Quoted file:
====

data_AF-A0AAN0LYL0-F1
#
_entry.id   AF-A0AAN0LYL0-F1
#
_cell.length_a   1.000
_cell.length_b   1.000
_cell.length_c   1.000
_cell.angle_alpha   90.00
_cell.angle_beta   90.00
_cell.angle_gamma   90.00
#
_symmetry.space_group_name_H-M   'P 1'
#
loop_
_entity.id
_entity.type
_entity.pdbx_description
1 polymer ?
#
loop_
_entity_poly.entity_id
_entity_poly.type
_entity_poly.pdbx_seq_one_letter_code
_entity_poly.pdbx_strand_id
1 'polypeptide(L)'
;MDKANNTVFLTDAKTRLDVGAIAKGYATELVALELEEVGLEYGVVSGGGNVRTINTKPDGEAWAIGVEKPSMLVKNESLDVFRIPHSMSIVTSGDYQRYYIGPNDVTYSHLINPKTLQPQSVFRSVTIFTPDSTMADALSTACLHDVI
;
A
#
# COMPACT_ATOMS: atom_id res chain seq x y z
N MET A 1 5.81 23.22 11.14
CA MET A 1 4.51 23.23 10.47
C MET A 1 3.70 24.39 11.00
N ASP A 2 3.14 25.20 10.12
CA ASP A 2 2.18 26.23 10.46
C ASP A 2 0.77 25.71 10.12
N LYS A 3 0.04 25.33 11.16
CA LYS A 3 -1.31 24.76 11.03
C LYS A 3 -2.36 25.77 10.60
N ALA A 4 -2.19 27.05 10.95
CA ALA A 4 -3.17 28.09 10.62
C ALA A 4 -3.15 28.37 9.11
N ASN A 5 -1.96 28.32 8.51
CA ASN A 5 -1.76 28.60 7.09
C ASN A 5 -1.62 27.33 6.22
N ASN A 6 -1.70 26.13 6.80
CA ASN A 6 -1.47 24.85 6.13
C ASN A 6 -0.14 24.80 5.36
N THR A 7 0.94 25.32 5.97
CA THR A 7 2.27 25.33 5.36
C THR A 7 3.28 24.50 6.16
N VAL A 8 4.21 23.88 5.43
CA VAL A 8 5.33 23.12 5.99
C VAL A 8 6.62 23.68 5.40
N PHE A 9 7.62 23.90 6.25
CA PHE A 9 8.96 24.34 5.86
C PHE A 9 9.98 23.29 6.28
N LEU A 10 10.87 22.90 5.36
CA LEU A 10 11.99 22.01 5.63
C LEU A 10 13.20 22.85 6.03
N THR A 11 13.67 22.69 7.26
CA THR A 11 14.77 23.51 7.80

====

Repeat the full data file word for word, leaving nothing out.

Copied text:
data_AF-A0AAN0LYL0-F1
#
_entry.id   AF-A0AAN0LYL0-F1
#
_cell.length_a   1.000
_cell.length_b   1.000
_cell.length_c   1.000
_cell.angle_alpha   90.00
_cell.angle_beta   90.00
_cell.angle_gamma   90.00
#
_symmetry.space_group_name_H-M   'P 1'
#
loop_
_entity.id
_entity.type
_entity.pdbx_description
1 polymer ?
#
loop_
_entity_poly.entity_id
_entity_poly.type
_entity_poly.pdbx_seq_one_letter_code
_entity_poly.pdbx_strand_id
1 'polypeptide(L)'
;MDKANNTVFLTDAKTRLDVGAIAKGYATELVALELEEVGLEYGVVSGGGNVRTINTKPDGEAWAIGVEKPSMLVKNESLDVFRIPHSMSIVTSGDYQRYYIGPNDVTYSHLINPKTLQPQSVFRSVTIFTPDSTMADALSTACLHDVI
;
A
#
# COMPACT_ATOMS: atom_id res chain seq x y z
N MET A 1 5.81 23.22 11.14
CA MET A 1 4.51 23.23 10.47
C MET A 1 3.70 24.39 11.00
N ASP A 2 3.14 25.20 10.12
CA ASP A 2 2.18 26.23 10.46
C ASP A 2 0.77 25.71 10.12
N LYS A 3 0.04 25.33 11.16
CA LYS A 3 -1.31 24.76 11.03
C LYS A 3 -2.36 25.77 10.60
N ALA A 4 -2.19 27.05 10.95
CA ALA A 4 -3.17 28.09 10.62
C ALA A 4 -3.15 28.37 9.11
N ASN A 5 -1.96 28.32 8.51
CA ASN A 5 -1.76 28.60 7.09
C ASN A 5 -1.62 27.33 6.22
N ASN A 6 -1.70 26.13 6.80
CA ASN A 6 -1.47 24.85 6.13
C ASN A 6 -0.14 24.80 5.36
N THR A 7 0.94 25.32 5.97
CA THR A 7 2.27 25.33 5.36
C THR A 7 3.28 24.50 6.16
N VAL A 8 4.21 23.88 5.43
CA VAL A 8 5.33 23.12 5.99
C VAL A 8 6.62 23.68 5.40
N PHE A 9 7.62 23.90 6.25
CA PHE A 9 8.96 24.34 5.86
C PHE A 9 9.98 23.29 6.28
N LEU A 10 10.87 22.90 5.36
CA LEU A 10 11.99 22.01 5.63
C LEU A 10 13.20 22.85 6.03
N THR A 11 13.67 22.69 7.26
CA THR A 11 14.77 23.51 7.80